Metal movable types are made by melting and casting metal for printing, and metal movable type prints are books made using the metal movable types. These types are classified according to the kinds of metal used, such as copper, lead and iron. Traces of minor metals were usually alloyed with the main metal. In general, metal movable type usually refers to any movable type made of metal material, regardless of its kind.

There is no decisive record of the invention date or inventor of metal movable type. Several hypotheses exist in Korea, dating it to the 11th, 12th or 13th centuries. Based on recent research, the latter hypothesis has been accepted as the most convincing, since various beongakbon and movable types dated to the early 13th century have been found.

In the concluding section of jungjobon (重雕本, re-engraved edition) of Nammyeongcheonhwasangsongjeungdoga (The Song of Enlightenment of Namyeong) published in the 26th year of King Gojong’s reign (1239), the year the Goryeo court moved the capital to Ganghwa Island, Choe I (崔怡) states that “the Song of Enlightenment is very critical to the study of Zen (禪門), yet it is no longer in circulation, therefore, I commanded manufacturing of a re-engraved edition based on jujabon (鑄字本, metal type edition) so it can be distributed widely.” This record suggests that the original metal movable type print was printed and in circulation before 1239.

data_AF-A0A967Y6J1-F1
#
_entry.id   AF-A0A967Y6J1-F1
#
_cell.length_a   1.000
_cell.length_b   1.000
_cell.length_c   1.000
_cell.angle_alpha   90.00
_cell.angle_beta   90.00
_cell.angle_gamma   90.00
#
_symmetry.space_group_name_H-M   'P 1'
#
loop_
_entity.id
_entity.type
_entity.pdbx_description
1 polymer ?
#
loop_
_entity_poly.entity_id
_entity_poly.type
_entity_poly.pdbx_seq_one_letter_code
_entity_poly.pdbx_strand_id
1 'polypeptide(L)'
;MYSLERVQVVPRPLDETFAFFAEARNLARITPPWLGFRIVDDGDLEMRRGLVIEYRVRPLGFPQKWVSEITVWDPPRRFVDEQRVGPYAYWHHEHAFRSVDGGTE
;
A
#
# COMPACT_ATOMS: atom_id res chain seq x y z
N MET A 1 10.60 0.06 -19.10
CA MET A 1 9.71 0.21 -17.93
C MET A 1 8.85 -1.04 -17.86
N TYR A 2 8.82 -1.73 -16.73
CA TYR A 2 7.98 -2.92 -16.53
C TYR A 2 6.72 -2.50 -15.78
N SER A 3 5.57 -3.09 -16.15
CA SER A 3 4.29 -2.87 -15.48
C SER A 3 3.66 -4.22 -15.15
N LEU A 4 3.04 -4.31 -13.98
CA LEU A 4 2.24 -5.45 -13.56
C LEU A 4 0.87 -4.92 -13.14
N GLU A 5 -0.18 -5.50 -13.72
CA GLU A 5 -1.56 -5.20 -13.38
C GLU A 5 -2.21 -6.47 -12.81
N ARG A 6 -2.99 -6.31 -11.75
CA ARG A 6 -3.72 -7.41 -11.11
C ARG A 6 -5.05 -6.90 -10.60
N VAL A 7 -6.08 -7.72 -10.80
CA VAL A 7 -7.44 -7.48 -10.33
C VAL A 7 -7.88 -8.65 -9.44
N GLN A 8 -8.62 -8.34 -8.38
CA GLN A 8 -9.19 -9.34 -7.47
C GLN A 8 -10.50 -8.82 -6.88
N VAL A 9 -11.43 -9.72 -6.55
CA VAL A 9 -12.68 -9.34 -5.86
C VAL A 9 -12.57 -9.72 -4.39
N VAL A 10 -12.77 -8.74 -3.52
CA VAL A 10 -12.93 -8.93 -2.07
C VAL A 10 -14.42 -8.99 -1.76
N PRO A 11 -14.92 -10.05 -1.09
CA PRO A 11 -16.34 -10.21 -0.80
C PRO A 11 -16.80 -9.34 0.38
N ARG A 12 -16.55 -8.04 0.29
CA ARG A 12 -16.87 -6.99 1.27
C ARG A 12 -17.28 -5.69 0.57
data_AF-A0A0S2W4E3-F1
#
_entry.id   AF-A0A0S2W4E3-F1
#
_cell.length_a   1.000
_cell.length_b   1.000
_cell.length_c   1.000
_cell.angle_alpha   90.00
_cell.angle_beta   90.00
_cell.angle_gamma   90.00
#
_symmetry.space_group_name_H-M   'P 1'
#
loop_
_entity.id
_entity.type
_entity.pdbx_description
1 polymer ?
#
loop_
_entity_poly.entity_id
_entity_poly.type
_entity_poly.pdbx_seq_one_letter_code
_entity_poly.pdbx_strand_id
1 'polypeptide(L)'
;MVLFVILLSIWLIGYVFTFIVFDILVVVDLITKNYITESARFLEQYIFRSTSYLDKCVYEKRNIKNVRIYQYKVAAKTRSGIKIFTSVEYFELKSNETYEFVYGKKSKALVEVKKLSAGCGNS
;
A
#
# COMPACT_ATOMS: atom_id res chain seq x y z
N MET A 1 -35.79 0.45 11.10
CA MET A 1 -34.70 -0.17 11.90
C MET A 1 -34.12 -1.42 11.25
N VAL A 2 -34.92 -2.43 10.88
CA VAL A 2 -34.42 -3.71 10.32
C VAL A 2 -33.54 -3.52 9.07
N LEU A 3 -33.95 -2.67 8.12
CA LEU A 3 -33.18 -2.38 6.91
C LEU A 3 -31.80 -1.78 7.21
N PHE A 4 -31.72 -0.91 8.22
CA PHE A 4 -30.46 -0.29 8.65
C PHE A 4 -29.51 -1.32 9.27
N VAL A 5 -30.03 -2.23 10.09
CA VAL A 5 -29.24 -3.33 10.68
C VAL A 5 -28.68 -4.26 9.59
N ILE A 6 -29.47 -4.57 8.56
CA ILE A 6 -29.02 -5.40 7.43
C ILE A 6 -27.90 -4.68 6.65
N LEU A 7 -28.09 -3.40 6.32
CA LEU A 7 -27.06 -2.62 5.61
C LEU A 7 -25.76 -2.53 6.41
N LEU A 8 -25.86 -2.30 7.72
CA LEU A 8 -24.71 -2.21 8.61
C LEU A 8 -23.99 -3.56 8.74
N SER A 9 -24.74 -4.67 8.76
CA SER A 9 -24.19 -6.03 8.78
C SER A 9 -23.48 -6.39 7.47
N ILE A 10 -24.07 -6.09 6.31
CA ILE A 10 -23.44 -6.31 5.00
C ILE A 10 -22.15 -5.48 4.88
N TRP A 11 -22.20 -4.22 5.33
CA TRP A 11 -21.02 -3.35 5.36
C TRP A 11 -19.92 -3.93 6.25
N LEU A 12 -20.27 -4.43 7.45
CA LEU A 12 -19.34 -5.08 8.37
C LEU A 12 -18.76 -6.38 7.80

Recently, the authentic metal movable type that was used tj print for the first time of this book was excavated.

With this evidence, a record in Yi Gyubo’s Donggukisanggukjip (東國李相國集, Collected Works of Minister Yi Gyubo of Korea) which says “in the newly printed edition’s epilogue of Sangjeongyemun (詳定禮文, Authentic and Detailed Code of Etiquette) written instead of Jinyaggong (Choi I)” attests that the Authentic and Detailed Code of Etiquette was printed using metal movable type in the 21st year of King Gojong’s reign (1234), which also supports the previous claim that Korean metal movable type dates to the early 13th century.

Baegunhwasangchorokbuljojikjisimcheyojeol (白雲和尙抄錄佛祖直指心體要節, Anthology of Great Buddhist Priests’ Zen Teachings) is the oldest extant metal movable type print, recognized as the oldest cultural heritage in the world. The first edition was printed in two volumes using the metal movable type, juja, in the Heungdeoksa temple on the outskirts of Cheongju, in July of the 3rd year of King U (禑王)’s reign of Goryeo (1377). The second volume, missing its front cover, has been passed on and is preserved in La Bibliotheque Nationale de Paris in France. The letter size and the fonts in this metal type print are inconsistent, since it was printed in a local temple instead of the government printing offices of Goryeo.

The Jujaso (鑄字所, National Foundry) was first reinstated in the Joseon Dynasty in the 3rd year of King Taejong (1403), and metal movable types were manufactured there for several months. Those typefaces produced were named Gyemija (癸未字) after the name of the year, Gyemi, according to the 60 year Chinese calendar computation cycle called Ganji (干支). The movable-type casting process and methods of base character inscription, carving and casting were vastly improved compared to Baegunhwasanchorokbuljojikjisimcheyojeol, but the letter size and fonts were still inconsistent, the thickness of movable-types were uneven, and the lines were disconnected in places, so the prints were not immaculate. The typesetting technique was also refined enormously; however, type pieces of irregular sizes and heights were jammed into a fastened square case, with a copper plate fixed onto the top and bottom borders in order to arrange the letters tightly. This caused the border line to bend and the letters on top and bottom to be interposed.